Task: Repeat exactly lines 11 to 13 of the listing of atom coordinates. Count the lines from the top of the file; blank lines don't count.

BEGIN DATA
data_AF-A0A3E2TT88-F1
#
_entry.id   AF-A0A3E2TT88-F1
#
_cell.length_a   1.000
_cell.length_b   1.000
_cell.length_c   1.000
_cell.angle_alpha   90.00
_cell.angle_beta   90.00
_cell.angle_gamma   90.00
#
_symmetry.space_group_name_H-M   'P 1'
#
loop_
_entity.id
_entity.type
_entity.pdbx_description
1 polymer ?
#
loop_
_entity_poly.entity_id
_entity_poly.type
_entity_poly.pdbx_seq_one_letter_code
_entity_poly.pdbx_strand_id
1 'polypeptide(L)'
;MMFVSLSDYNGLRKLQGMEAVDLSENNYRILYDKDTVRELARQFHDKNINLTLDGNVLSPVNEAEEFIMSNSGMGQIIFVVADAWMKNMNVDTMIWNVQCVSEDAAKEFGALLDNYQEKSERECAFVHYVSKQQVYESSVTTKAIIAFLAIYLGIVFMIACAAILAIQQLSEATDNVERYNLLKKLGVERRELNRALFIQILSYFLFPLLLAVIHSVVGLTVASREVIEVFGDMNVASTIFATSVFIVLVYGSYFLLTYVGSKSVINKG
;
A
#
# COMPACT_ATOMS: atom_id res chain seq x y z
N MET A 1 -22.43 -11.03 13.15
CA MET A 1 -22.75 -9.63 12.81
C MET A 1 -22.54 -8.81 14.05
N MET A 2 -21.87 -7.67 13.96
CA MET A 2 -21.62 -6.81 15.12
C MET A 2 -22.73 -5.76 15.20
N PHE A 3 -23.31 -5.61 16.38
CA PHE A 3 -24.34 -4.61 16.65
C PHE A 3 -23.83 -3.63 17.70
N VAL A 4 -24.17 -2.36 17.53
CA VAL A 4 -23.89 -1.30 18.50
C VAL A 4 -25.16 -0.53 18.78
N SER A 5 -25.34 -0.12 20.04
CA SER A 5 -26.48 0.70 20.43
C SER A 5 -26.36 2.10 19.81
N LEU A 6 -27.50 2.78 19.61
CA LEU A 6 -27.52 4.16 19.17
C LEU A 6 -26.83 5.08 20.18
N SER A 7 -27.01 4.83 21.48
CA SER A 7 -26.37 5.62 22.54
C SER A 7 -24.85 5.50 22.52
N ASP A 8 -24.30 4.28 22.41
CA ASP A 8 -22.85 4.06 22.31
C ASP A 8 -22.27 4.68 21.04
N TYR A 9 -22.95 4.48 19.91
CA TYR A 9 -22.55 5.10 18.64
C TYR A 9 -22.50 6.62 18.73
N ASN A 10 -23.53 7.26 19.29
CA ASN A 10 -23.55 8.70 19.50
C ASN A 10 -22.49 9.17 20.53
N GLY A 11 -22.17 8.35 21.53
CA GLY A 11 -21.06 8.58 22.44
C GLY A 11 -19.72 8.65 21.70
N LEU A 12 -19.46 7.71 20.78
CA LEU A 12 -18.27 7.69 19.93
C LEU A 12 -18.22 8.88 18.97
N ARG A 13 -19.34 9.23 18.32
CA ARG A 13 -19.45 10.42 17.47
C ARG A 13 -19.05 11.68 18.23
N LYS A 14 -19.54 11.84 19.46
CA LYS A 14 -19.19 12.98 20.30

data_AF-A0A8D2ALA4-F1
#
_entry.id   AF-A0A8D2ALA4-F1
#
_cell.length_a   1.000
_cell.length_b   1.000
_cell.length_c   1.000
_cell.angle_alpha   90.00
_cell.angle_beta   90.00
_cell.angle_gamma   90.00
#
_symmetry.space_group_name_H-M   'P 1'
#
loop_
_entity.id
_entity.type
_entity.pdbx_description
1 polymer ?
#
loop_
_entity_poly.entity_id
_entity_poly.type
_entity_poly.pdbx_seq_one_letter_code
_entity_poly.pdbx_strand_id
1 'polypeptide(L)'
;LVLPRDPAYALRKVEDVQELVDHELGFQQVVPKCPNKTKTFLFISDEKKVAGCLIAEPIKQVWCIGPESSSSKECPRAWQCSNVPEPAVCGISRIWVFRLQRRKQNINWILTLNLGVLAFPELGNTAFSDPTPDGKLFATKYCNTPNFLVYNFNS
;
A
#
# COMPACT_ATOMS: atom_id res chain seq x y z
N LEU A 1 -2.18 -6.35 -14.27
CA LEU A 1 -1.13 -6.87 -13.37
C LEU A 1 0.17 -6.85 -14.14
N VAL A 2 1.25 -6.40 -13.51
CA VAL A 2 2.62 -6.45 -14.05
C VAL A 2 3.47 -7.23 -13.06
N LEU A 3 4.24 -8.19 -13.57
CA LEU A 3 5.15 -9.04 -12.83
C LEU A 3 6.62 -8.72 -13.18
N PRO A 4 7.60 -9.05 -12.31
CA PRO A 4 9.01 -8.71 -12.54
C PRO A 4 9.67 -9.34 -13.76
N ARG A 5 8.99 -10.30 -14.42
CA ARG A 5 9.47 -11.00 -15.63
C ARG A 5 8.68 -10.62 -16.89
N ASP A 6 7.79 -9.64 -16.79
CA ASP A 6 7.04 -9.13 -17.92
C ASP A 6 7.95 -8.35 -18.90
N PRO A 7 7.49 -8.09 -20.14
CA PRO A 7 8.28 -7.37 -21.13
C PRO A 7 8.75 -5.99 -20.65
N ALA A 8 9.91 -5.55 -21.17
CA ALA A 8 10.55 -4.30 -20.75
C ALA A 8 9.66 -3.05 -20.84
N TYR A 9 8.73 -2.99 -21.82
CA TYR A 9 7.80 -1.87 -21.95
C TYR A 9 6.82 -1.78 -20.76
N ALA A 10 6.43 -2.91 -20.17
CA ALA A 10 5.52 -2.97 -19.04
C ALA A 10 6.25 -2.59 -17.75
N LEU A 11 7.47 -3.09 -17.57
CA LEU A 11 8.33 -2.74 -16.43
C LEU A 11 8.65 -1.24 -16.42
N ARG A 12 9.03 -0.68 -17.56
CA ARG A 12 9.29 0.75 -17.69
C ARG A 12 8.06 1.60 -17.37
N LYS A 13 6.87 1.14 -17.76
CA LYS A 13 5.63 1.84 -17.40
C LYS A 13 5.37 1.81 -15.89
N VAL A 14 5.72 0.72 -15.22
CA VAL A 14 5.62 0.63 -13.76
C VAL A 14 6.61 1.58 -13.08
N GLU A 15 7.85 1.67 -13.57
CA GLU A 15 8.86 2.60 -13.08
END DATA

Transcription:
#
_symmetry.space_group_name_H-M   'P 1'
#